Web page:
Jeffrey K.H. Chan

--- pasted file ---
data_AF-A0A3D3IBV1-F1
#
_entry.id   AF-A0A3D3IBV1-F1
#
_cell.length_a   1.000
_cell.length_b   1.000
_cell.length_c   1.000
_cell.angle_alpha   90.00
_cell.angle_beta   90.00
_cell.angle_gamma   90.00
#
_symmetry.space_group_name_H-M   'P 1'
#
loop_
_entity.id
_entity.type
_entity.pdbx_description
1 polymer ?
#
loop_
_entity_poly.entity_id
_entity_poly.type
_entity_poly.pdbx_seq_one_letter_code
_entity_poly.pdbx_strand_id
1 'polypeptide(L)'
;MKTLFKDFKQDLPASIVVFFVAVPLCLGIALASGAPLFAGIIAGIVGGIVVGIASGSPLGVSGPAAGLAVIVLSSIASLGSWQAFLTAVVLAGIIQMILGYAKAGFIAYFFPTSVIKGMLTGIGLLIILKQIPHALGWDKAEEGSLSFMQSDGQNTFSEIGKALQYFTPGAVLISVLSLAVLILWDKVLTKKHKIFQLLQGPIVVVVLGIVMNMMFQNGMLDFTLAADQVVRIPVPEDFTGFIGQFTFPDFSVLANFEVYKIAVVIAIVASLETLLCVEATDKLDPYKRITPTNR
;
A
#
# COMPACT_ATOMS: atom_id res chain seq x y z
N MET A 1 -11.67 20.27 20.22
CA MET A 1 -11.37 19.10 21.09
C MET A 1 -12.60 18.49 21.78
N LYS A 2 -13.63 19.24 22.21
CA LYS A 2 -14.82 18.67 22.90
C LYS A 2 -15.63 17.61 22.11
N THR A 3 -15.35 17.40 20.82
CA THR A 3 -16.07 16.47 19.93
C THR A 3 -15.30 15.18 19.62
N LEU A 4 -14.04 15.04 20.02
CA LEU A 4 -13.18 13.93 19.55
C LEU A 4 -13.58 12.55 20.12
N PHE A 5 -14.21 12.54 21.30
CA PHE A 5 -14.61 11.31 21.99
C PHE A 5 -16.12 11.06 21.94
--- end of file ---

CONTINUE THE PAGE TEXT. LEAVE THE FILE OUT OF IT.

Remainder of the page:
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Increasingly, we live in an environment of our own making: a ‘world as design’ over the natural world. For more than half of the global population, this environment is also thoroughly urban. But what does a global urban condition mean for the human condition? How does the design of the city and the urban process, in response to the issues and challenges of the Anthropocene, produce new ethical categories, shape new moral identities and relations, and bring about consequences that are also morally significant? In other words, how does the urban shape the ethical—and in what ways? Conversely, how can ethics reveal relations and realities of the urban that often go unnoticed? This book marks the first systematic study of the city through the ethical perspective in the context of the Anthropocene. Six emergent urban conditions are examined, namely, precarity, propinquity, conflict, serendipity, fear and the urban commons.